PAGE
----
Latin America Marijuana Movement May Undercut Drug War, UN Says

Feb. 27, 2010 — A growing movement in Latin America to decriminalize possession of marijuana and other illegal drugs may undermine global efforts to combat narcotics, a United Nations group said.

The Vienna-based International Narcotics Control Board, in its annual report today, said it is “concerned” that Argentina, Brazil, Colombia and Mexico are promoting possession of drugs, especially marijuana, for personal use.

If not “resolutely countered”, the decriminalization movement “poses a threat” to the “coherence and effectiveness” of the international drug control system and sends “the wrong message to the general public,” the report said.

Last year, Argentina’s Supreme Court declared the punishment of people possessing cannabis for personal use unconstitutional. Mexico decriminalized possessing small amounts of illicit drugs for personal use. Brazil has also taken steps to partially decriminalize drug possession, including replacing prison sentences with treatment and educational measures.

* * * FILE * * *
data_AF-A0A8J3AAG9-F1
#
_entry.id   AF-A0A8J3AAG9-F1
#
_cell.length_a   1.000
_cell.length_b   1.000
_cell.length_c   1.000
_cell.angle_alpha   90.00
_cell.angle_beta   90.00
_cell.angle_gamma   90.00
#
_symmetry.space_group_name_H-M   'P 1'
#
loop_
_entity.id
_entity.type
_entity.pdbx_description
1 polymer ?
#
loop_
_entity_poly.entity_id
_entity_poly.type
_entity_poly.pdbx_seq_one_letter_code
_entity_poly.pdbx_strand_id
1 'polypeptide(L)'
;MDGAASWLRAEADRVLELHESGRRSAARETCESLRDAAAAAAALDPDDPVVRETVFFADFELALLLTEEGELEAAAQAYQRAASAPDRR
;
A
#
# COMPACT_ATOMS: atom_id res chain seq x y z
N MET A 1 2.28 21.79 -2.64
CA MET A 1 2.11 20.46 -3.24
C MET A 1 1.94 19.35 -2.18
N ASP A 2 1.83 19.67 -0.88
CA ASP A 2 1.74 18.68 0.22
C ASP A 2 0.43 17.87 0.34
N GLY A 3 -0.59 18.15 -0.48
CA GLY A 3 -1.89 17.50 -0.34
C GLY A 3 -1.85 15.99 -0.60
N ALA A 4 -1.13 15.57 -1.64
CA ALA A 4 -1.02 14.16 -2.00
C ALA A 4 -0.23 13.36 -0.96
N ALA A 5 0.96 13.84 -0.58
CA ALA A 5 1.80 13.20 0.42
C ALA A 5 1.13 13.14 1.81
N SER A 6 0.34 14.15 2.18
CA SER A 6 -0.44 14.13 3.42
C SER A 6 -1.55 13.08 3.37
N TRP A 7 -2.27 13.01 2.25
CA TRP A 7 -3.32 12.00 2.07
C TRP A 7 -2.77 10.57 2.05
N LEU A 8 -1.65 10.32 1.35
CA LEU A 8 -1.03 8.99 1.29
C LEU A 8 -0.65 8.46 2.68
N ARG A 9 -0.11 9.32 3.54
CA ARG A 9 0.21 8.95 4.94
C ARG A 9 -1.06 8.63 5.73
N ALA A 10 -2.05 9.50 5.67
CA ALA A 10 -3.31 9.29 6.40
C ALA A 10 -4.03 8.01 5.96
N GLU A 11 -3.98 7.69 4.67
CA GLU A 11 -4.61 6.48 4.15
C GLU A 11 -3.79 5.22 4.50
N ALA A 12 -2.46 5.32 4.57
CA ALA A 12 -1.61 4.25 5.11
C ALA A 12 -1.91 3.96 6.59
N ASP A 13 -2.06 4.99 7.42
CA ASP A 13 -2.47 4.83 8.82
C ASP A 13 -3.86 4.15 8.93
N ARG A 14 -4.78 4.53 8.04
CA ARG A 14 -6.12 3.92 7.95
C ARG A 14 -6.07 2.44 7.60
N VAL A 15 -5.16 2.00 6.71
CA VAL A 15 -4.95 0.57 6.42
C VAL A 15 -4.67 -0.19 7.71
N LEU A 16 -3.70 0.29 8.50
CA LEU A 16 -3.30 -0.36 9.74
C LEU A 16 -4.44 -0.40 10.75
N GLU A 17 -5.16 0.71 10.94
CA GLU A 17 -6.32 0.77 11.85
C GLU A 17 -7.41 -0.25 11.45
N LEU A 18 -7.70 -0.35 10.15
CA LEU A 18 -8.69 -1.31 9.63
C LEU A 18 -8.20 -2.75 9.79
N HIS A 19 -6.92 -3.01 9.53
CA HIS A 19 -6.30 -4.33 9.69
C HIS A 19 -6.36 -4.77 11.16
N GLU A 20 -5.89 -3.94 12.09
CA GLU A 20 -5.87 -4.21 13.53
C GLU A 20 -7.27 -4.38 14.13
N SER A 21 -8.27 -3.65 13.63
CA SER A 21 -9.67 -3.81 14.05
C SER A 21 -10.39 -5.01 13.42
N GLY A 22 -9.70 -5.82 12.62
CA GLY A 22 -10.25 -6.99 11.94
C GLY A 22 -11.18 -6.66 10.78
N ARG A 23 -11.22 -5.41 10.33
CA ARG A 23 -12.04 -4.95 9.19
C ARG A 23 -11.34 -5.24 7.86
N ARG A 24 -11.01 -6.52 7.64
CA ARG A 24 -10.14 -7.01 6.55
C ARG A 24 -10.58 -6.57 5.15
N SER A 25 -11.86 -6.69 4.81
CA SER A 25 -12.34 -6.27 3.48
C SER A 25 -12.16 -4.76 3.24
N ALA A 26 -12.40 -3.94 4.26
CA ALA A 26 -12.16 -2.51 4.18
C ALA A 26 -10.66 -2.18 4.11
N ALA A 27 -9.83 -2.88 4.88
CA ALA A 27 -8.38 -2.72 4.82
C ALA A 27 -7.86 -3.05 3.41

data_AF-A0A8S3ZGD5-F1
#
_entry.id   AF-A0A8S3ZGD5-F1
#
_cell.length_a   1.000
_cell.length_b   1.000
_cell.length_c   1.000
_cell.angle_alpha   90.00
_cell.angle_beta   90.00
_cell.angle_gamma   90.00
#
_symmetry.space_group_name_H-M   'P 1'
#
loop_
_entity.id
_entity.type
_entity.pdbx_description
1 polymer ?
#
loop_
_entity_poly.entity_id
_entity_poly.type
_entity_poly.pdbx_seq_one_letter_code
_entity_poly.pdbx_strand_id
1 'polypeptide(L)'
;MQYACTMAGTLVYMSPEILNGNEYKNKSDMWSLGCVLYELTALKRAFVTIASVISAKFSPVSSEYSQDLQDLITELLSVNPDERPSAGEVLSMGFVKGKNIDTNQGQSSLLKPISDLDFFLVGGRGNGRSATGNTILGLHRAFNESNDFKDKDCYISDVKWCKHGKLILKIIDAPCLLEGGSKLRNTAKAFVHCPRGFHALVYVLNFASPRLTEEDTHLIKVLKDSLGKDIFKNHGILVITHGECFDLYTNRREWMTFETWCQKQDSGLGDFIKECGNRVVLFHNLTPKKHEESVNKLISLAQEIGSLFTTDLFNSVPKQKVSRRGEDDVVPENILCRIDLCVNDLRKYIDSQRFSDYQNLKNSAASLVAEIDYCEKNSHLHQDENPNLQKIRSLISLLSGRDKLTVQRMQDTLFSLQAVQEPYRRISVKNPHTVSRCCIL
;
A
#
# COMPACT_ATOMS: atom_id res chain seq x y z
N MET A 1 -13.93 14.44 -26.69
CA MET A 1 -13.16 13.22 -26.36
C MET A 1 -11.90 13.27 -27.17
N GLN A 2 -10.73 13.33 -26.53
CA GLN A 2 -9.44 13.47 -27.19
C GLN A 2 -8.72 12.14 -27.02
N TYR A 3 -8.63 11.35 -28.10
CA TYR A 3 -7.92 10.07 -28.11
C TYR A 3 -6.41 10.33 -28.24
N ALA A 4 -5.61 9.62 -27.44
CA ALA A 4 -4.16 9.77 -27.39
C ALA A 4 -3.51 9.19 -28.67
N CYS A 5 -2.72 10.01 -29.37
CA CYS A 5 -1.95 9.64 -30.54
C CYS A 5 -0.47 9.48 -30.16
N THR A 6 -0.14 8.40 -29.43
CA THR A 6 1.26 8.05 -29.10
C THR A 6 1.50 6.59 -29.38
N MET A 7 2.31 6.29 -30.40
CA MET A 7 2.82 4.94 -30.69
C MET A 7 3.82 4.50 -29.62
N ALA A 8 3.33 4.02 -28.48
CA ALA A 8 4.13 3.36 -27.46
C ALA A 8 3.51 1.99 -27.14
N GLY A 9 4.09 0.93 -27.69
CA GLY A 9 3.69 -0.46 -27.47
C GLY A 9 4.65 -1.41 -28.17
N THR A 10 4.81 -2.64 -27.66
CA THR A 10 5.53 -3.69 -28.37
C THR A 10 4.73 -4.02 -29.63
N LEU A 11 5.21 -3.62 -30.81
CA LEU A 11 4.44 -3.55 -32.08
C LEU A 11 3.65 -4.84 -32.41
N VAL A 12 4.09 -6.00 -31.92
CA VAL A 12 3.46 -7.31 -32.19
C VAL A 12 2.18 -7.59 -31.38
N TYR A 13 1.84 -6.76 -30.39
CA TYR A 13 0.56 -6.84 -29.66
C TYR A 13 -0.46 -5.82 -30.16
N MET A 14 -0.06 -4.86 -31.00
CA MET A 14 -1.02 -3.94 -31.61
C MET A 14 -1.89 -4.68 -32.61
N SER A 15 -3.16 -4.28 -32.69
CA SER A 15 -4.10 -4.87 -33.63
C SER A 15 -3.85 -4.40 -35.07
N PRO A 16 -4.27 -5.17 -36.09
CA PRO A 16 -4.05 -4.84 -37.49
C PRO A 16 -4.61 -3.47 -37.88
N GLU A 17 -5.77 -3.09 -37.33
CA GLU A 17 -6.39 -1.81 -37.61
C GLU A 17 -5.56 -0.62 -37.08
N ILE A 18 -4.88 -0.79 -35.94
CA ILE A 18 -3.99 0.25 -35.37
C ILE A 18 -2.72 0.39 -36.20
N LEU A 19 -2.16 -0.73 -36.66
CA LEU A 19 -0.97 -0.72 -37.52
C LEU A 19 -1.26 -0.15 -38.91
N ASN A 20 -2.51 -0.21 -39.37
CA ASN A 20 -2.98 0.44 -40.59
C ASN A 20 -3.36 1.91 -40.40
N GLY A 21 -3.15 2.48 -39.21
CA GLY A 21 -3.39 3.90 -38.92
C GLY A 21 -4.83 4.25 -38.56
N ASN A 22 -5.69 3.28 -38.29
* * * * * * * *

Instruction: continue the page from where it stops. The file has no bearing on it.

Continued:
The INCB, started in 1968 to monitor international narcotics laws, said it regrets that “influential personalities, including former high-level politicians in countries in South America, have publicly expressed their support for that movement.”

Pressuring Obama

Former Brazilian President Fernando Henrique Cardoso led a group of Latin American experts and former leaders who criticized the U.S.-led war on drugs in the region last year. In their report, the Latin American Commission on Drugs and Democracy urged U.S. President Barack Obama to decriminalize marijuana and treat drug use as a public health problem.

The Amsterdam-based Transnational Institute and Washington Office on Latin America, a policy research organization, said today in a statement that the INCB’s report “clearly oversteps” the group’s mandate and represents “unwarranted intrusions into these countries’ sovereign decision-making.”

“There are too many consumers and small-time drug offenders overcrowding Latin American jails,” Pien Metaal, a drug policy researcher for the Transnational Institute, said in the statement. “Part of the overcrowding problem stem from disproportionate prison sentences for non-violent offenders.”

Latin America is the world’s largest exporter of cocaine and cannabis and a major supplier of the opium and heroin, the UN said.  Source.

Leave a Reply

Your email address will not be published. Required fields are marked *